Articles Posted in U.S. 10th Circuit Court of Appeals

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The United Food and Commercial Workers International Union, Local No. 7 sued King Soopers, Inc. to enforce an arbitration award. The federal district court ruled that the award did not stem from the Union’s collective bargaining agreement (CBA) with King Soopers and refused to enforce it. The Tenth Circuit reversed, finding that although King Soopers could have brought a timely action to vacate the award on the ground adopted by the district court, it did not do so. It therefore could not raise that defense against the Union’s action to enforce the award. For the same reason, the Court held that King Soopers could not raise the defense that the arbitrator lacked authority to impose a remedy. View "United Food & Commercial v. King Soopers" on Justia Law

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THI of New Mexico at Hobbs Center, LLC and THI of New Mexico, LLC (collectively THI) operate a nursing home in Hobbs, New Mexico. When Lillie Mae Patton's husband was admitted into the home, he entered into an arbitration agreement that required the parties to arbitrate any dispute arising out of his care at the home except claims relating to guardianship proceedings, collection or eviction actions by THI, or disputes of less than $2,500. After Mr. Patton died, Mrs. Patton sued THI for negligence and misrepresentation. THI then filed a complaint to compel arbitration of the claims. The district court initially ruled that the arbitration agreement was not unconscionable and ordered arbitration. Under New Mexico law a compulsory-arbitration provision in a contract may be unconscionable, and therefore unenforceable, if it applies only, or primarily, to claims that just one party to the contract is likely to bring. The question before the Tenth Circuit was whether the Federal Arbitration Act (FAA) preempted the state law for contracts governed by the FAA. The Court held that New Mexico law was preempted in this case and the arbitration clause should have been enforced. View "THI of New Mexico at Hobbs v. Patton" on Justia Law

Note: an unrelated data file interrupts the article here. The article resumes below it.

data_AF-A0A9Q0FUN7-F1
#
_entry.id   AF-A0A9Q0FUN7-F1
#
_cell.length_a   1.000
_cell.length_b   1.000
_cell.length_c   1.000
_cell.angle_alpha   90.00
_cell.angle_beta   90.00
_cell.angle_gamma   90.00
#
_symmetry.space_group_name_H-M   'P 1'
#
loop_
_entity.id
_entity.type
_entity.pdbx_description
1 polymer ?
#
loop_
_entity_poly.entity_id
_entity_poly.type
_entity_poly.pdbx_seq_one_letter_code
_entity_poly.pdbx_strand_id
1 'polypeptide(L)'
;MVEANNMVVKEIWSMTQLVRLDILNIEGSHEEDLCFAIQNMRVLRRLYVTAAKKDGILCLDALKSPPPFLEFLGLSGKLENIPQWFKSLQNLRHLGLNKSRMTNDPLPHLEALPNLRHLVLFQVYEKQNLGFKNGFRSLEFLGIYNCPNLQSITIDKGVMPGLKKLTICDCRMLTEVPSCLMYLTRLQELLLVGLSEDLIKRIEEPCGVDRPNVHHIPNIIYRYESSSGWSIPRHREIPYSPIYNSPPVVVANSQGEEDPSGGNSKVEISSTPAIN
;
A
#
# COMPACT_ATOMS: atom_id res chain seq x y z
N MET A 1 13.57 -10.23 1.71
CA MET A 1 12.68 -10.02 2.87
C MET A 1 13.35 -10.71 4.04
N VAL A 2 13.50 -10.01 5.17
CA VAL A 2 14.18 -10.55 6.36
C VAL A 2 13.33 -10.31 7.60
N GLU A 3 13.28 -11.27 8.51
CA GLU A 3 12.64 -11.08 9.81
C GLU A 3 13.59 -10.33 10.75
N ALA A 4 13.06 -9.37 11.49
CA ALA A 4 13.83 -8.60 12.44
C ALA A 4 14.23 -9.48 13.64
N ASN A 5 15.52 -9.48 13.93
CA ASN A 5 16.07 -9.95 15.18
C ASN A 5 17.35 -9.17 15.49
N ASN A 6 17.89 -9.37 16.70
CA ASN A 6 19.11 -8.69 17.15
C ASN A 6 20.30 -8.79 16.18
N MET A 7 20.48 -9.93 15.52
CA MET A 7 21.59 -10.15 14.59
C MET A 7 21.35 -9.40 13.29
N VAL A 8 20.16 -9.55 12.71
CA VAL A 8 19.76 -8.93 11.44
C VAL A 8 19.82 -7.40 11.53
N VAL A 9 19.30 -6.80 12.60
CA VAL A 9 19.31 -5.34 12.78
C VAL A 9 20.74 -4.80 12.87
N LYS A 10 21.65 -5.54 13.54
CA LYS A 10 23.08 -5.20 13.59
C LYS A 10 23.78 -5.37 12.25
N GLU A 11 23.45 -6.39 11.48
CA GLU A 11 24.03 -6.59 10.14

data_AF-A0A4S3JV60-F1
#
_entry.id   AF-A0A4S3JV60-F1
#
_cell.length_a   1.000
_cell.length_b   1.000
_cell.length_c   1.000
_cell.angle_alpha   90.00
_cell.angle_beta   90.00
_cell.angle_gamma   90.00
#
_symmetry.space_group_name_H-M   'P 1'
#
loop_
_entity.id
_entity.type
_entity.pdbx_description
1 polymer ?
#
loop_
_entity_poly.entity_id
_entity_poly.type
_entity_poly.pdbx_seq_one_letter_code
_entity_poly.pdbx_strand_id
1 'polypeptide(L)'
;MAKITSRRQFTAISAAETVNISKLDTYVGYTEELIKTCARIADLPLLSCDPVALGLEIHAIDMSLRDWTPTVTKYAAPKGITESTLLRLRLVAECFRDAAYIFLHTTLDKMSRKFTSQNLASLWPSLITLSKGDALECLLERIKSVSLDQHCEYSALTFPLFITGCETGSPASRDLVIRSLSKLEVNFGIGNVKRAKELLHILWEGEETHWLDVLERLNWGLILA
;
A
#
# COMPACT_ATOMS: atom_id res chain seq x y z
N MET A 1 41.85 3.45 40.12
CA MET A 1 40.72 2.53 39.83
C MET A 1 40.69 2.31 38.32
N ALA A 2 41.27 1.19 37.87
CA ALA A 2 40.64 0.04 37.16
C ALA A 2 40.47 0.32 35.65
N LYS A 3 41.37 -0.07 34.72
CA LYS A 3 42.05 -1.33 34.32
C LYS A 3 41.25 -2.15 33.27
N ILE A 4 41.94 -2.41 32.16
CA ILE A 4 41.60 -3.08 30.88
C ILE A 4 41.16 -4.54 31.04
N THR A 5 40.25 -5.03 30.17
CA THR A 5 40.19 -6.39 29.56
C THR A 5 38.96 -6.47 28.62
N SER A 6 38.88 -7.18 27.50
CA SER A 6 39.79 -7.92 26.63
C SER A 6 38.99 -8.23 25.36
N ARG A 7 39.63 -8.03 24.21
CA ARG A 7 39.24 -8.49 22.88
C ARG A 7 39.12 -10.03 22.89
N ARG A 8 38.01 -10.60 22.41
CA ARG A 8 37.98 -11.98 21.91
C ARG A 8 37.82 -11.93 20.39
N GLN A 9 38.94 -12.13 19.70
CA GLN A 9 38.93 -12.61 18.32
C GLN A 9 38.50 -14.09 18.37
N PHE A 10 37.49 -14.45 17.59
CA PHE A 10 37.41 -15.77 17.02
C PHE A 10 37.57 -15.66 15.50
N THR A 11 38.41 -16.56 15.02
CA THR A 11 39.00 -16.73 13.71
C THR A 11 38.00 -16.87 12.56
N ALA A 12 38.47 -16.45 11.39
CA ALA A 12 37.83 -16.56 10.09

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Plaintiff Air Method Corporation terminated a helicopter pilot, Jeff Stackpole, following a 2010 incident. Defendant Office and Professional Employees International Union Local 109 (OPEIU) represented Mr. Stackpole throughout the arbitration process. After the arbitration award was granted in Mr. Stackpole’s favor, Plaintiff filed a complaint against OPEIU Local 109 pursuant to the Railway Labor Act, seeking to vacate the award. On cross-motions for summary judgment, the district court ruled in favor of Defendants, thereby upholding the arbitration award. Plaintiff appealed the district court’s decision. Finding no reversible error, the Tenth Circuit affirmed the arbitration award. View "Air Methods Corporation v. OPEIU, et al" on Justia Law